Stingray City is a must-see on a port of call in Grand Cayman

 

Detroit Free Press

To remember your visit to Stingray City sandbar, you can buy a souvenir video for $55. The picture will be of you. You just won't hear your voice.

"There is no sound in the video because we put music on it to cover up the screaming," explains a ponytailed videographer aboard the little boat Amazon as it chugs into glistening North Sound.

Screaming? Cover up the screaming?

Not to worry.

You do scream when you jump into the ocean to meet schools of stingrays. But not because they hurt you.

You scream because it feels really strange to be bumped by rubbery sea animals.

You scream because you're standing on a sandbar miles out in the sea.

You do scream. Right before you laugh.

"I don't like the ocean, but I loved this," says Denny McKee of Knoxville, Ill., dripping wet and smiling after his brush with the rays.

A year after a stingray barb pierced the heart of Crocodile Hunter Steve Irwin and killed the naturalist off the Australian coast, stingray tourism half a world away in the Cayman Islands is as busy as ever.

"We never had any downturn," says Clara Bush-Young, operations manager of Cayman Land and Sea Cooperative, which runs daily tours of Stingray City sandbar.

"Here they are tame. People hold them, kiss them, hug them."

Half of all overnight visitors to the Cayman Islands visit Stingray City. Half of all shore excursions from cruise ships head there, too, according to the Cayman Islands Department of Tourism.

At the sandbar, 25 minutes by boat into the sound, stingrays have congregated in the 4-foot-deep water since fishermen started throwing scraps off boats decades ago.

There, even the most timid vacationer can slip into the warm emerald water and let the fish with the long black serrated tails glide past their legs.

The diamond-shaped rays are big, 3 or 4 feet across. You would be big, too, if you had a constant diet of yummy hand-fed squid.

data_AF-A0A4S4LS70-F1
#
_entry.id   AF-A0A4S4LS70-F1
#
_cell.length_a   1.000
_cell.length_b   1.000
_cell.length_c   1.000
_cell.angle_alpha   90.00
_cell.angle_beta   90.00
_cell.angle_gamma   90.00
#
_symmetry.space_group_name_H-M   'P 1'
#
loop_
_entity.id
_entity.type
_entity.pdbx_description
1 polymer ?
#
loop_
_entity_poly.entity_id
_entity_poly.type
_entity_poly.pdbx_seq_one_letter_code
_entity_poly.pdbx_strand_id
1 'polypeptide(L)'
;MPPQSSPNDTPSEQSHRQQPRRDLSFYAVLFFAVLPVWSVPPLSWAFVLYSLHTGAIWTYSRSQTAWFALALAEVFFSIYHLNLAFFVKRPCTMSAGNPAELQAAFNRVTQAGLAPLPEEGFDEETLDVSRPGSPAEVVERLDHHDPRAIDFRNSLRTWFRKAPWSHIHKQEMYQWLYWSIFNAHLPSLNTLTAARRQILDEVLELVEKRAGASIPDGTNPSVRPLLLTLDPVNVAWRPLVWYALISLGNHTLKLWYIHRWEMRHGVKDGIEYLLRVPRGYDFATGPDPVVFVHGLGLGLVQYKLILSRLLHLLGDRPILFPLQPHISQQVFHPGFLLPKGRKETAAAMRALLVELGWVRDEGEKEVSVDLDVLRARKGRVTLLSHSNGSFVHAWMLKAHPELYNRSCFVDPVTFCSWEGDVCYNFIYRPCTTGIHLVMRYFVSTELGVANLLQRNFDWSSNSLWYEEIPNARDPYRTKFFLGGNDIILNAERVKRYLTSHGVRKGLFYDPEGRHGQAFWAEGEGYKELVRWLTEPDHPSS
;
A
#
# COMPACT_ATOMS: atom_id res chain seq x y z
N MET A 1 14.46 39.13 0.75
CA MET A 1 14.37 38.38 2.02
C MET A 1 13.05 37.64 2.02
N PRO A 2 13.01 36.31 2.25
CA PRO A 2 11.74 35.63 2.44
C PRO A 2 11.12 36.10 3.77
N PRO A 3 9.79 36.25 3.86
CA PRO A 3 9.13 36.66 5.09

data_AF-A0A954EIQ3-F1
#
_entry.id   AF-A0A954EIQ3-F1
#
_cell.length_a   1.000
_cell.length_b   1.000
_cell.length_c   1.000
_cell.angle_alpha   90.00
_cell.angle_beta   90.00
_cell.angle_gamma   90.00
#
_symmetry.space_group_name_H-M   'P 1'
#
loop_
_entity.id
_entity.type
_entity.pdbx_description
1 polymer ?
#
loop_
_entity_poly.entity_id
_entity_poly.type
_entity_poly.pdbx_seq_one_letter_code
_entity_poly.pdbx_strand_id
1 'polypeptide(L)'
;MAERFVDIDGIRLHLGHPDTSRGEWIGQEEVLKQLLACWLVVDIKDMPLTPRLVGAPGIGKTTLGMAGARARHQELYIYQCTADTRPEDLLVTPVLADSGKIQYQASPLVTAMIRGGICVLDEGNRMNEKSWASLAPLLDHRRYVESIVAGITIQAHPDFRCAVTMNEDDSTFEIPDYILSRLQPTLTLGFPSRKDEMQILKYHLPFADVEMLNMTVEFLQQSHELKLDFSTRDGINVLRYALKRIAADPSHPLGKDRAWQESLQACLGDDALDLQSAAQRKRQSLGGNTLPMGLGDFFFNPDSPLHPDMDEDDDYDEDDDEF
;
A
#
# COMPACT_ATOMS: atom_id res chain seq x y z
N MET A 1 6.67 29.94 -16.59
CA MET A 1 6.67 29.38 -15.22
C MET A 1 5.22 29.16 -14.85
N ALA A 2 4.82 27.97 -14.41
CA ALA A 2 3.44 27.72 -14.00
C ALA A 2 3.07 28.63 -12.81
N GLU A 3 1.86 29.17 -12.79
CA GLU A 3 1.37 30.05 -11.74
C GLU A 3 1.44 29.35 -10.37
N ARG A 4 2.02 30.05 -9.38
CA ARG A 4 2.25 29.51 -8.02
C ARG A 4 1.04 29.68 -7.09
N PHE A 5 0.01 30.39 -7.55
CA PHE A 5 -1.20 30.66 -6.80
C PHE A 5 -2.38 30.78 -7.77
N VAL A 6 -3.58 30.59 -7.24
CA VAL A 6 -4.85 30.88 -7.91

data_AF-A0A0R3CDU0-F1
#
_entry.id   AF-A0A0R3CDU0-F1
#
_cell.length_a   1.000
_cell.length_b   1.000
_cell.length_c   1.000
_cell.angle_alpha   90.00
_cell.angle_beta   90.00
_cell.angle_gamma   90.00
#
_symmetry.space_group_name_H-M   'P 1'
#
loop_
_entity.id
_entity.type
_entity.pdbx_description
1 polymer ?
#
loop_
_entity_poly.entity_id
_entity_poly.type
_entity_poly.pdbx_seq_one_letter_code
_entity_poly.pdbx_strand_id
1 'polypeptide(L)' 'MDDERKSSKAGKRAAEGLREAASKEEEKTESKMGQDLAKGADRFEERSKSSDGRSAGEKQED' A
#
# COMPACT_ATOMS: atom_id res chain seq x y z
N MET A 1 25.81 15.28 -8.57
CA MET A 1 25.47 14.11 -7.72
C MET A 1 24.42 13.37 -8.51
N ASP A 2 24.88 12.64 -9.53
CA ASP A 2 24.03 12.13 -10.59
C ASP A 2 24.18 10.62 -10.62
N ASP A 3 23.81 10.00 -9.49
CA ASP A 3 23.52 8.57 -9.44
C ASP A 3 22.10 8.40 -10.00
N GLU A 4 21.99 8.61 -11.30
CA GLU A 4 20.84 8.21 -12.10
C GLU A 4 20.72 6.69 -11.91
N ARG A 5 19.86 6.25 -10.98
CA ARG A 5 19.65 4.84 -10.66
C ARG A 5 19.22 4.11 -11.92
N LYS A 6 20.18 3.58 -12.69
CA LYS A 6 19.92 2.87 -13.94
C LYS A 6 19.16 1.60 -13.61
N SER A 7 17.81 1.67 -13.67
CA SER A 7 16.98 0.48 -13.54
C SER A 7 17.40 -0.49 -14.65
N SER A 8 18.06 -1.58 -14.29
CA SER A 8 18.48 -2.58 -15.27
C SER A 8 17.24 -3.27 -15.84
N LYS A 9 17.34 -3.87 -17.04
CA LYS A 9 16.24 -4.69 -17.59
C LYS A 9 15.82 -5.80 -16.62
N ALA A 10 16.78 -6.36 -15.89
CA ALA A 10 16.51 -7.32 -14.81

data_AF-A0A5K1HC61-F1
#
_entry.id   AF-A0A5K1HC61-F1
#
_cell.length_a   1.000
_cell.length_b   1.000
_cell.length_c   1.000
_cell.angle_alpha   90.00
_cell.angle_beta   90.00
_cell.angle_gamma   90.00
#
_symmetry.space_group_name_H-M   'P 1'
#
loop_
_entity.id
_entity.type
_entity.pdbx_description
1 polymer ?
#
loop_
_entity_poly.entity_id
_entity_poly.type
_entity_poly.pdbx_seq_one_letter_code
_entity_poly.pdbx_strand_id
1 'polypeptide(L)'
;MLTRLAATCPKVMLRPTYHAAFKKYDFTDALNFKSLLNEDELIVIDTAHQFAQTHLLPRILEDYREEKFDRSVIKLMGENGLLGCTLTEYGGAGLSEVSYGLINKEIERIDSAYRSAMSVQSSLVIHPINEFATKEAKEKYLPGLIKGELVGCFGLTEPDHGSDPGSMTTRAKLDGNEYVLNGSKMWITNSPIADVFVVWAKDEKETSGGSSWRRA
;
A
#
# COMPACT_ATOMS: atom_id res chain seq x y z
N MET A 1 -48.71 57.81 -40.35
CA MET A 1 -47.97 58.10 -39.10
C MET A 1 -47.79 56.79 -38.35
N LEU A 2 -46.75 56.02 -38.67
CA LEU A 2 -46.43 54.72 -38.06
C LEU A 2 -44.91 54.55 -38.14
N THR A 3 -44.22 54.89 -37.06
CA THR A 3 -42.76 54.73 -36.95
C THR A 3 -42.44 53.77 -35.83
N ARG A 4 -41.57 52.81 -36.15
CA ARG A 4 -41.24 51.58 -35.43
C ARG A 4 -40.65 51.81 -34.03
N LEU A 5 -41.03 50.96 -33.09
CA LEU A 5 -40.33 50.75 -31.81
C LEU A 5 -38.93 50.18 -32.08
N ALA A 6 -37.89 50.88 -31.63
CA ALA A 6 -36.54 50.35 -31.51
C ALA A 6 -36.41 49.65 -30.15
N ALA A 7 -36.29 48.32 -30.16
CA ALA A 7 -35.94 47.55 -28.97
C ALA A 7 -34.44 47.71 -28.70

Tourists can feed the stingrays squid out of a white plastic bucket.

"Don't try to feed them through their eyes," a guide warns.

It sounds obvious, but it's a rookie mistake, because a stingray's hooded, inky eyes are on top of its flat body; the mouth is on the bottom side.

"Eeee!" "Aaahhhhh!" squeal the women as the rays bump past at chest level.

"Oohhhhh," shout some of the men, jumping with surprise at low-swimming creatures grazing their legs.

Some people use snorkeling equipment to see the animals underwater, but there really is no need because the water is so clear and shallow. Guides grab hold of stingrays so you can kiss or pat one for a few seconds, just enough time to take a picture.

And what about poison-spined barbed tails? These rays are a gentler species than the bull ray that sent Steve Irwin to his grave, says Bush-Young: "The stingray that hit Irwin, he was wild, he was not tame and he was scared."

The Caribbean's original stingray attraction can get very crowded. There were about 40 people and four boats when I was there on a fall morning visit, but by the time we left, 10 boats were arriving and hundreds of people were going into the water.

While some animal advocates are appalled at the existence of Stingray City with its fish-feeding tourism, new Cayman government regulations are at least putting some weak restrictions on the site.

The maximum visitor limit at any one time now is 20 boats and 1,500 passengers. Less food can be fed to the rays by the tour boat people. Boats must be licensed.

And the busy Stingray sandbar isn't for everyone. Strong swimmers, snorkelers and divers should head instead for the deeper part of Stingray City or fish-rich dive sites like Barrier Reef or Coral Gardens. The Cayman Islands is one of the top diving destinations in the world.

But for lousy swimmers and scaredy-cat snorkelers, this place lets them feel just for a moment what it's like to mingle with undersea life.

"I don't like water up over here," says Steve Mills, McKee's friend, drawing a line across his chest. "I'm not a swimmer. So this was great."

He smiles all the way back to shore.

___

IF YOU GO:

Tours start at about $40 per person. Here are samples of the tours available, but contact the firm directly or book through your cruise ship for more choices:

-Moby Dick Tours features small boats that take groups and individuals to the sandbar (www.mobydicktours.com, 480-626-5429).

-Dexter's Fantasea Tours offers tours to both Stingray City and the barrier reef, which lets you snorkel in 6 to 8 feet of water (www.dexters-fantaseatours.com, 345-949-2182).

-Caymanian Land and Sea Cooperative offers similar trips to the sandbar (www.caymanianlandsea.com, 345-946-8889).

-Red Sail Sports offers Stingray City catamaran sails that include lunch, a visit to both the sandbar and the deeper snorkeling site (www.redsailcayman.com, 402-537-6803).

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